Biodiesel is a domestically produced, renewable fuel that can be manufactured from new and used vegetable oils, animal fats, or recycled restaurant greases. Biodiesel’s physical properties are similar to those of petroleum diesel, but it is a cleaner-burning renewable alternative. Research has shown that biodiesel also reduces emissions of toxic air pollutants in older on-road vehicles and in many off-road applications.
Biodiesel can be blended and used in many different concentrations, which include the following blends:
- B100 (pure biodiesel)
- B20 (20% biodiesel, 80% petroleum diesel)
- B5 (5% biodiesel, 95% petroleum diesel)
- B2 (2% biodiesel, 98% petroleum diesel)
B20 is one of the more common biodiesel blends available in the U.S. Pure biodiesel or biodiesel blended with petroleum diesel can be used to fuel diesel vehicles, providing energy security and emissions and safety benefits. However, higher blends should be avoided in older vehicles (manufactured before 1994) as their elastomers (rubber hoses and gaskets) could break down from repetitive use of blends above B20.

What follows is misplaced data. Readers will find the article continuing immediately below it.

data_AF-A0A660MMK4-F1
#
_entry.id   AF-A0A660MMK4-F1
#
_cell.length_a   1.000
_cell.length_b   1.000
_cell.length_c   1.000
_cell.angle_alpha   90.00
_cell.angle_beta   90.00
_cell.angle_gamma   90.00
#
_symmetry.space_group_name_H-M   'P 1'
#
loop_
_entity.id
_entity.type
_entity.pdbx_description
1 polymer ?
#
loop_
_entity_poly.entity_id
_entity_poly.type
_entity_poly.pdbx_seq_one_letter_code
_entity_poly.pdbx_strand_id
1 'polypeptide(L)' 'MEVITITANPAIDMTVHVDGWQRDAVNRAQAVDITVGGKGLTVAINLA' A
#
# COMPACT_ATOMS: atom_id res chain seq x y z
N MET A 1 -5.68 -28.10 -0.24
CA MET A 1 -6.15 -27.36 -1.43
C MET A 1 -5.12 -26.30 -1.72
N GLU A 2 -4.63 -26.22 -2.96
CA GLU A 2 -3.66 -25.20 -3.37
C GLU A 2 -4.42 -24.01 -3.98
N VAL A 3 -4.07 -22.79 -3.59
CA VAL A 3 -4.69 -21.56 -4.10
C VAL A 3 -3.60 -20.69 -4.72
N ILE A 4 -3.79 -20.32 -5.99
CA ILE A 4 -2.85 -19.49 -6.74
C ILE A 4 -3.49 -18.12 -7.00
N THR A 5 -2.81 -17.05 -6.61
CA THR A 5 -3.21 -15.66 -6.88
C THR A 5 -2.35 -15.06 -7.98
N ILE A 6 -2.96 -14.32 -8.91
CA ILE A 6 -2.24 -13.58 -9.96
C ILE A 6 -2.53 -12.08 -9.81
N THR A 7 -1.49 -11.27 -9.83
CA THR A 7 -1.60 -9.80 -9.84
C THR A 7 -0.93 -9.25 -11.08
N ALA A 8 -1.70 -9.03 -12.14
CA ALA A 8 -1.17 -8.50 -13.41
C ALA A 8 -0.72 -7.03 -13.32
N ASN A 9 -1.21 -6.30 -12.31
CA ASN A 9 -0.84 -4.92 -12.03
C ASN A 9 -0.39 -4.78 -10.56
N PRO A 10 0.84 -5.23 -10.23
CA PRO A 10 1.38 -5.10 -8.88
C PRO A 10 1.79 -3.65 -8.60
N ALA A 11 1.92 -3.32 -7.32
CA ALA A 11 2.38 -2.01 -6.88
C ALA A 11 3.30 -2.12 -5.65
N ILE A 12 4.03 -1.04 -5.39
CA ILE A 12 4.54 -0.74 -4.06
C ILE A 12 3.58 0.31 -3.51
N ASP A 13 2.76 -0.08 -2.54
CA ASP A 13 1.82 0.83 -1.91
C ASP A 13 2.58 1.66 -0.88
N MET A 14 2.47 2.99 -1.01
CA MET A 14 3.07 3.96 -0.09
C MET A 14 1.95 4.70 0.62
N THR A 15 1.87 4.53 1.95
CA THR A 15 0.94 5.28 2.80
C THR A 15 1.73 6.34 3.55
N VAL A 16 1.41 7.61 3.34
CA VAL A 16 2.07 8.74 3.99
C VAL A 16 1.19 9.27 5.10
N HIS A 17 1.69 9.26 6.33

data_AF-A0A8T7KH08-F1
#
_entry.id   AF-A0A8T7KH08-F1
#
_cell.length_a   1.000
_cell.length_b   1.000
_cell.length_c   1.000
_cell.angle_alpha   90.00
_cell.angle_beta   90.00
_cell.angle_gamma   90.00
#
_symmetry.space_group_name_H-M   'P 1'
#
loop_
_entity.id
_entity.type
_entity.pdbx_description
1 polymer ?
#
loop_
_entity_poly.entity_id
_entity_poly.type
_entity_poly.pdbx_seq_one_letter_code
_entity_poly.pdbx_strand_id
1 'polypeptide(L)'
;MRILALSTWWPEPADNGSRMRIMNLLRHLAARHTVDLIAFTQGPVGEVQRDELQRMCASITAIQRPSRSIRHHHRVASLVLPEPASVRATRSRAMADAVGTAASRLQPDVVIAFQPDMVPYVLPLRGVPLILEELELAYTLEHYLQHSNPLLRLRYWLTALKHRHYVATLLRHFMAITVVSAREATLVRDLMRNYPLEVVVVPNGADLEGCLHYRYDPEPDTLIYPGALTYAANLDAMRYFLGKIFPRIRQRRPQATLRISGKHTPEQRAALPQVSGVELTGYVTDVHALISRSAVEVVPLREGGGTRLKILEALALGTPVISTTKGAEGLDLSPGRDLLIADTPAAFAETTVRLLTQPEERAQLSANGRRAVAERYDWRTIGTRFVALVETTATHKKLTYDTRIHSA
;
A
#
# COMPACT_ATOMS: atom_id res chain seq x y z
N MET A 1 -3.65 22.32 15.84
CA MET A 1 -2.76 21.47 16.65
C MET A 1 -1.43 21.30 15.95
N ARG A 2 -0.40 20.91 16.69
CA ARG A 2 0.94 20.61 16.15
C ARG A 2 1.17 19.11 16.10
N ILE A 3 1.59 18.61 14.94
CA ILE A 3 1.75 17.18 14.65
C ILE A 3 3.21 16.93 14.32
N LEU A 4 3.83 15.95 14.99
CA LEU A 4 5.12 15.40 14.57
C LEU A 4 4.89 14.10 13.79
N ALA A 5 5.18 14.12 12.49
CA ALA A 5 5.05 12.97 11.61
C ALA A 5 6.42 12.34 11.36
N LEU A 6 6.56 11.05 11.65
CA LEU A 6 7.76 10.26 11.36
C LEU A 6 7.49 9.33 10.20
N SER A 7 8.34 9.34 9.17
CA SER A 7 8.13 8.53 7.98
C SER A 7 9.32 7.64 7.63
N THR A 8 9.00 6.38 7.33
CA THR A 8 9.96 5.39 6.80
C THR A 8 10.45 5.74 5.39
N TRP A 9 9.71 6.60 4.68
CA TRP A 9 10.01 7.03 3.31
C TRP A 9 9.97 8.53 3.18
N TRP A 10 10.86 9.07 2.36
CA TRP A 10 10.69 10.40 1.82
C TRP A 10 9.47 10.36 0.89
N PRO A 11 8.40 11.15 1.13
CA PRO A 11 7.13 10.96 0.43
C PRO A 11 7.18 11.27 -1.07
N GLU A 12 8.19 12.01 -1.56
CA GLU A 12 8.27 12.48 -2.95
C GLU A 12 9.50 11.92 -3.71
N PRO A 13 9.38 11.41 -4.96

Nearly 80% of original equipment manufacturers (OEMs) of diesel vehicles approve blends up to B20 in some, or all, of their diesel vehicles. Some OEMs approve the use of B100 in certain models. You can find more information on the National Biodiesel Board website.
Biodiesel is safe and biodegradable, and its use significantly reduces greenhouse gas emissions and serious toxic air pollutants.